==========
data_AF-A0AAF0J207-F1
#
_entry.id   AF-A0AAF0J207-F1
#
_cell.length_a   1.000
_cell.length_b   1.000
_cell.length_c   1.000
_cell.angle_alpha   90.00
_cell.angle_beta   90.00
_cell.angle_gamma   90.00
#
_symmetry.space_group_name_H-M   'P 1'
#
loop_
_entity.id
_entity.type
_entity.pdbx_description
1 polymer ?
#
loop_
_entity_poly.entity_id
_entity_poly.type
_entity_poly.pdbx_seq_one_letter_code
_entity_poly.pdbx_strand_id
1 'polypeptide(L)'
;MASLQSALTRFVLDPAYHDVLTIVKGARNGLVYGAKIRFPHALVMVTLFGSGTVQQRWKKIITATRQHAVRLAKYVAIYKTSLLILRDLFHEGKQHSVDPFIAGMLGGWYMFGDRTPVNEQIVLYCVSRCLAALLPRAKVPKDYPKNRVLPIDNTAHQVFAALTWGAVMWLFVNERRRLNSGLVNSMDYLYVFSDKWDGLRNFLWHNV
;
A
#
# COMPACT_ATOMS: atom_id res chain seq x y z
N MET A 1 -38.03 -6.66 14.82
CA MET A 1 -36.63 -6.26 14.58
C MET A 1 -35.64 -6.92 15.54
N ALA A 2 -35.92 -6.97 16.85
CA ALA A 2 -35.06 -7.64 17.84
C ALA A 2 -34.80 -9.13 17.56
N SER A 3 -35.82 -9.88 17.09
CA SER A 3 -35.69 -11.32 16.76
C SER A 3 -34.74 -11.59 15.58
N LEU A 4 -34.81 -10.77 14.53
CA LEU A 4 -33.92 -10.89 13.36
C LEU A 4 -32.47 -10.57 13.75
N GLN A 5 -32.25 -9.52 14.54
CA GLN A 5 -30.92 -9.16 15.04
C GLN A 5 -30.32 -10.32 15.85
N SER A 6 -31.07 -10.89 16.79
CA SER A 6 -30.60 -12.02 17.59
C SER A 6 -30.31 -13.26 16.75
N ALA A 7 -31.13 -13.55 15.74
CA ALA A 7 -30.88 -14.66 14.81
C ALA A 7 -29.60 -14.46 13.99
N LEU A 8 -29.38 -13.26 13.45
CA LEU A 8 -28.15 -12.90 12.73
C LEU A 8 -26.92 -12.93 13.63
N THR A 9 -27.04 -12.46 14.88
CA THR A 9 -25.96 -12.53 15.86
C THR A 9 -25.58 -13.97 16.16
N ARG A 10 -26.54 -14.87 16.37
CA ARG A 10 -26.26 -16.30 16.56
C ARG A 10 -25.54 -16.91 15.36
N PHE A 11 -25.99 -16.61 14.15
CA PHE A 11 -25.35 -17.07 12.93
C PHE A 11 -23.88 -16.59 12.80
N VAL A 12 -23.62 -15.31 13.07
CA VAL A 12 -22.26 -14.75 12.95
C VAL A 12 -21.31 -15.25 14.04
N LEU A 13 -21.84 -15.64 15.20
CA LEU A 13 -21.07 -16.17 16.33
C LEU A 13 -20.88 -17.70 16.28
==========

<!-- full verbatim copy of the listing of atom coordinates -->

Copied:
data_AF-A0AAF0J207-F1
#
_entry.id   AF-A0AAF0J207-F1
#
_cell.length_a   1.000
_cell.length_b   1.000
_cell.length_c   1.000
_cell.angle_alpha   90.00
_cell.angle_beta   90.00
_cell.angle_gamma   90.00
#
_symmetry.space_group_name_H-M   'P 1'
#
loop_
_entity.id
_entity.type
_entity.pdbx_description
1 polymer ?
#
loop_
_entity_poly.entity_id
_entity_poly.type
_entity_poly.pdbx_seq_one_letter_code
_entity_poly.pdbx_strand_id
1 'polypeptide(L)'
;MASLQSALTRFVLDPAYHDVLTIVKGARNGLVYGAKIRFPHALVMVTLFGSGTVQQRWKKIITATRQHAVRLAKYVAIYKTSLLILRDLFHEGKQHSVDPFIAGMLGGWYMFGDRTPVNEQIVLYCVSRCLAALLPRAKVPKDYPKNRVLPIDNTAHQVFAALTWGAVMWLFVNERRRLNSGLVNSMDYLYVFSDKWDGLRNFLWHNV
;
A
#
# COMPACT_ATOMS: atom_id res chain seq x y z
N MET A 1 -38.03 -6.66 14.82
CA MET A 1 -36.63 -6.26 14.58
C MET A 1 -35.64 -6.92 15.54
N ALA A 2 -35.92 -6.97 16.85
CA ALA A 2 -35.06 -7.64 17.84
C ALA A 2 -34.80 -9.13 17.56
N SER A 3 -35.82 -9.88 17.09
CA SER A 3 -35.69 -11.32 16.76
C SER A 3 -34.74 -11.59 15.58
N LEU A 4 -34.81 -10.77 14.53
CA LEU A 4 -33.92 -10.89 13.36
C LEU A 4 -32.47 -10.57 13.75
N GLN A 5 -32.25 -9.52 14.54
CA GLN A 5 -30.92 -9.16 15.04
C GLN A 5 -30.32 -10.32 15.85
N SER A 6 -31.07 -10.89 16.79
CA SER A 6 -30.60 -12.02 17.59
C SER A 6 -30.31 -13.26 16.75
N ALA A 7 -31.13 -13.55 15.74
CA ALA A 7 -30.88 -14.66 14.81
C ALA A 7 -29.60 -14.46 13.99
N LEU A 8 -29.38 -13.26 13.45
CA LEU A 8 -28.15 -12.90 12.73
C LEU A 8 -26.92 -12.93 13.63
N THR A 9 -27.04 -12.46 14.88
CA THR A 9 -25.96 -12.53 15.86
C THR A 9 -25.58 -13.97 16.16
N ARG A 10 -26.54 -14.87 16.37
CA ARG A 10 -26.26 -16.30 16.56
C ARG A 10 -25.54 -16.91 15.36
N PHE A 11 -25.99 -16.61 14.15
CA PHE A 11 -25.35 -17.07 12.93
C PHE A 11 -23.88 -16.59 12.80
N VAL A 12 -23.62 -15.31 13.07
CA VAL A 12 -22.26 -14.75 12.95
C VAL A 12 -21.31 -15.25 14.04
N LEU A 13 -21.84 -15.64 15.20
CA LEU A 13 -21.07 -16.17 16.33
C LEU A 13 -20.88 -17.70 16.28